view article
Forrest Wheatey
Forrest Wheatey 11 Jul 2016

I find the time perfect for ever home-owner wannabe. Prices should slowly, but steadily drop, at least for the inner buyer. Making it harder for outsiders to buy properties (the whole Brexit thing means...

view article
property guru
property guru 11 Jul 2016

Why should Ajay even have to be looking for it. It should be public knowledge. Why is not just publish each years and to were it is and be AUDITED. Accountability.

view article
property guru
property guru 11 Jul 2016

Surprise suprise

view article
CommercialTrust
CommercialTrust 30 Jun 2016

This is great news for buyers and investors in a period of significant uncertainty. The 10-year buy-to-let fix at 3.99% in particular is excellent, a clear 100 bps ahead of the nearest competition. Though...

view article
Lee
Lee 30 Jun 2016

Let's see what happens to north-east property prices when Nissan announce they're leaving.

view article
DmitriKara
DmitriKara 29 Jun 2016

I just read another article about eviction rising and this was exactly what was on my mind, Housing has become "cat and mouse"...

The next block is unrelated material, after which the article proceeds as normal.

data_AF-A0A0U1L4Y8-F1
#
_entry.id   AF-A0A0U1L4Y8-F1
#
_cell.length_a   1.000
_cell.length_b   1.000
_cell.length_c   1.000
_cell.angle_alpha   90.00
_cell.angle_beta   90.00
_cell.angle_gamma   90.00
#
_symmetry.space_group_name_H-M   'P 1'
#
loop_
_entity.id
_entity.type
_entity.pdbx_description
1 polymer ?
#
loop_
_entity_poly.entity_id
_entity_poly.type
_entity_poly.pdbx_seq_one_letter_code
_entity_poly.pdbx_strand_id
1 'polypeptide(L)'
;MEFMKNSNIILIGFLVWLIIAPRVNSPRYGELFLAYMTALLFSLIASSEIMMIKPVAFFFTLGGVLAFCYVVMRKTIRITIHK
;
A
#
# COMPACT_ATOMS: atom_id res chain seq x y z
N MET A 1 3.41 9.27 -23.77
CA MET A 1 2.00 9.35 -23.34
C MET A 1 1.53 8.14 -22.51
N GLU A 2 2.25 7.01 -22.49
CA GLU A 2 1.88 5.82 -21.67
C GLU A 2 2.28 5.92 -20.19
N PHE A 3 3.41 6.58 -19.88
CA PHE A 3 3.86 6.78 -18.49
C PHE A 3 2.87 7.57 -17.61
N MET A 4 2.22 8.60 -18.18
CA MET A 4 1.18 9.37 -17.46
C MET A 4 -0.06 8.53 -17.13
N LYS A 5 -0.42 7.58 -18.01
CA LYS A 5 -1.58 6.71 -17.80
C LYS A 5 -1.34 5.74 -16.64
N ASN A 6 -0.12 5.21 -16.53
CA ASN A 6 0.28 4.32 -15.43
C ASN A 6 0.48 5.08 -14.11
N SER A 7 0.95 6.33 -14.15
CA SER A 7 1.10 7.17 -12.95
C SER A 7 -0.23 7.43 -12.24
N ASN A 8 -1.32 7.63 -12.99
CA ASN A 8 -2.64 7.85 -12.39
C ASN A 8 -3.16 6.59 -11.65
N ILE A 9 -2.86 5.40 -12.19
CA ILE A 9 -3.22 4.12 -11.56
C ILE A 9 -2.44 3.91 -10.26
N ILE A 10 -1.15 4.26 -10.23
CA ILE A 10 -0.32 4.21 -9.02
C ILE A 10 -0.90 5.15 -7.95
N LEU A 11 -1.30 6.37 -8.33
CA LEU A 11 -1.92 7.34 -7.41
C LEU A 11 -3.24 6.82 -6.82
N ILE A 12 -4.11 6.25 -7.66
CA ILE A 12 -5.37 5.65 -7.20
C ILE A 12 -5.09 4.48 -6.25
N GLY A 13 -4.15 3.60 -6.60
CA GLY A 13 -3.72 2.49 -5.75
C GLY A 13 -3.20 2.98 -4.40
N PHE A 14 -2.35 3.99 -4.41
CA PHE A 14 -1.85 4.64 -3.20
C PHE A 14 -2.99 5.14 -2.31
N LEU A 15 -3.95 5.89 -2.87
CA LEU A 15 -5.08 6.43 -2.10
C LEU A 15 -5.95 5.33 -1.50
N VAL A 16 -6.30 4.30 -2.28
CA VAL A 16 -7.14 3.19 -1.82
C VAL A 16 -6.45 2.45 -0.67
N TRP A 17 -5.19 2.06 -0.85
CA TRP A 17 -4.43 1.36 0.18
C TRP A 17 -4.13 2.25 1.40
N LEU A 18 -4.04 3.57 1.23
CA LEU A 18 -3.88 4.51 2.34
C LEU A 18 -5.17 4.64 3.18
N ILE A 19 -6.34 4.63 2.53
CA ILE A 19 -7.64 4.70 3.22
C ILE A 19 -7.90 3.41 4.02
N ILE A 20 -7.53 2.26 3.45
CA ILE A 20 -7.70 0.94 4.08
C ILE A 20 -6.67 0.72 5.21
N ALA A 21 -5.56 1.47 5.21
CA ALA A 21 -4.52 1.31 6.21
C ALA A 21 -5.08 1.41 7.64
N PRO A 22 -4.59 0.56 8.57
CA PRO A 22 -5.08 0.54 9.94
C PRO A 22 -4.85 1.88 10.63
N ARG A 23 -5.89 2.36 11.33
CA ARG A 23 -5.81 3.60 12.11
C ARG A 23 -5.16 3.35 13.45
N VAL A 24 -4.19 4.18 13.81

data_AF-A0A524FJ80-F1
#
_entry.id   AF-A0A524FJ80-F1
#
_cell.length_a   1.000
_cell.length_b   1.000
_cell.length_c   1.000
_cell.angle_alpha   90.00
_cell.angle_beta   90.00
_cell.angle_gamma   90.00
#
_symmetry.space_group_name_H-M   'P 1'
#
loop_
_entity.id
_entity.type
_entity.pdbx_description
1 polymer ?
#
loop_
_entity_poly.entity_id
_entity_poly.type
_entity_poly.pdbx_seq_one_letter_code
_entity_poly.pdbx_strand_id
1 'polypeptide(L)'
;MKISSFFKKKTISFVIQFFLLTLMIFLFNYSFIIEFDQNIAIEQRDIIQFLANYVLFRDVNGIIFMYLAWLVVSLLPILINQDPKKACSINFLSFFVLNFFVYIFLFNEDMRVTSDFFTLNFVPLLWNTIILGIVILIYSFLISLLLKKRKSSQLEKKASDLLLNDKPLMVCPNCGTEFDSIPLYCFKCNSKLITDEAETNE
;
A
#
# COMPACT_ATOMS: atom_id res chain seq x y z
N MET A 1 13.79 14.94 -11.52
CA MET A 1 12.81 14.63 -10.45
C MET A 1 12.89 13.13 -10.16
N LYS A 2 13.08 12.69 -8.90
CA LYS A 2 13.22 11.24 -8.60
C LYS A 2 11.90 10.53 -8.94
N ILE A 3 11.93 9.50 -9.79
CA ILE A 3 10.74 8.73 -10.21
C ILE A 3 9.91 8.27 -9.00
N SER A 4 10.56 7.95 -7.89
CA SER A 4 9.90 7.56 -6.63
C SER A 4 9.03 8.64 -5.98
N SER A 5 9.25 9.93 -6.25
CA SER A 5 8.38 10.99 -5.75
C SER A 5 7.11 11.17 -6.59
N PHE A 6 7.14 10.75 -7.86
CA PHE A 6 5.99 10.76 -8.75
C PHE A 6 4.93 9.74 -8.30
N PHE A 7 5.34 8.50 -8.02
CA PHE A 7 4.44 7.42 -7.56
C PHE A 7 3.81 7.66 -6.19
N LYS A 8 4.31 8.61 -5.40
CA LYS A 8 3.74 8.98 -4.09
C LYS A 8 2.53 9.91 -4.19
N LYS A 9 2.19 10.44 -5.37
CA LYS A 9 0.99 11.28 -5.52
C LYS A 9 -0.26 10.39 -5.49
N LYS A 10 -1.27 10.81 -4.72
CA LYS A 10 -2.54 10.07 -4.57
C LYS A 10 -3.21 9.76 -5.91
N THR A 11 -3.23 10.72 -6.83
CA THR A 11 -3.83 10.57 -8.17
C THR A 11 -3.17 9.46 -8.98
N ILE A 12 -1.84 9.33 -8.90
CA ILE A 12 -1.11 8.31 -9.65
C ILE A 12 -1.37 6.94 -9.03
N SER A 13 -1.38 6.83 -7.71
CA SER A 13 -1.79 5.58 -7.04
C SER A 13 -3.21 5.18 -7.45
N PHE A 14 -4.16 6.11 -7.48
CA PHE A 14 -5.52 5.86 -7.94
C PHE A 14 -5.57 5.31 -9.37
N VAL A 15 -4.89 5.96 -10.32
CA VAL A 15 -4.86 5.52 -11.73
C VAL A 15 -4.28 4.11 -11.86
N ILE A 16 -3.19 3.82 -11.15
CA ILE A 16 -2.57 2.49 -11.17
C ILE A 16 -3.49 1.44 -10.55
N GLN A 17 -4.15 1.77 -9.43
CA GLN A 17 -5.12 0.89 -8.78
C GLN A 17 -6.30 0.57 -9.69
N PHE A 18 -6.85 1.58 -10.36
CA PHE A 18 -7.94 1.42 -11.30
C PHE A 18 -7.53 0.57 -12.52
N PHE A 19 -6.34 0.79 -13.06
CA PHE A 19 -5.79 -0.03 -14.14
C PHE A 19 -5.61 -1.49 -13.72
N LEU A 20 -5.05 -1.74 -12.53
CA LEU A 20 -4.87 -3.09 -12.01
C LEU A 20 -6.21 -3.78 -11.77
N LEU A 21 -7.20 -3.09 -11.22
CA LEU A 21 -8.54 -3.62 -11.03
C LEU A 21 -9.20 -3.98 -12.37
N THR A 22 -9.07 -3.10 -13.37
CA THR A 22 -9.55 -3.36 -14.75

view article
DmitriKara
DmitriKara 29 Jun 2016

I am really not surprised. I've seen one too many impudent tenants and in my humble opinion renters have one too many privileges and options to abuse heir landlord in so many ways...

view article
DmitriKara
DmitriKara 29 Jun 2016

There is still so much uncertainty and I will surely step back and see what's happening before I could make any decisions on my end.

view article
ChristinaReedUK
ChristinaReedUK 20 Jun 2016

I don't understand why it's always a war between the two sides. Either, way the landlord is probably keeping a detailed inventory and will see the changes you've made. I just don't understand why there...

view article

Related stories

More articles from John Phillips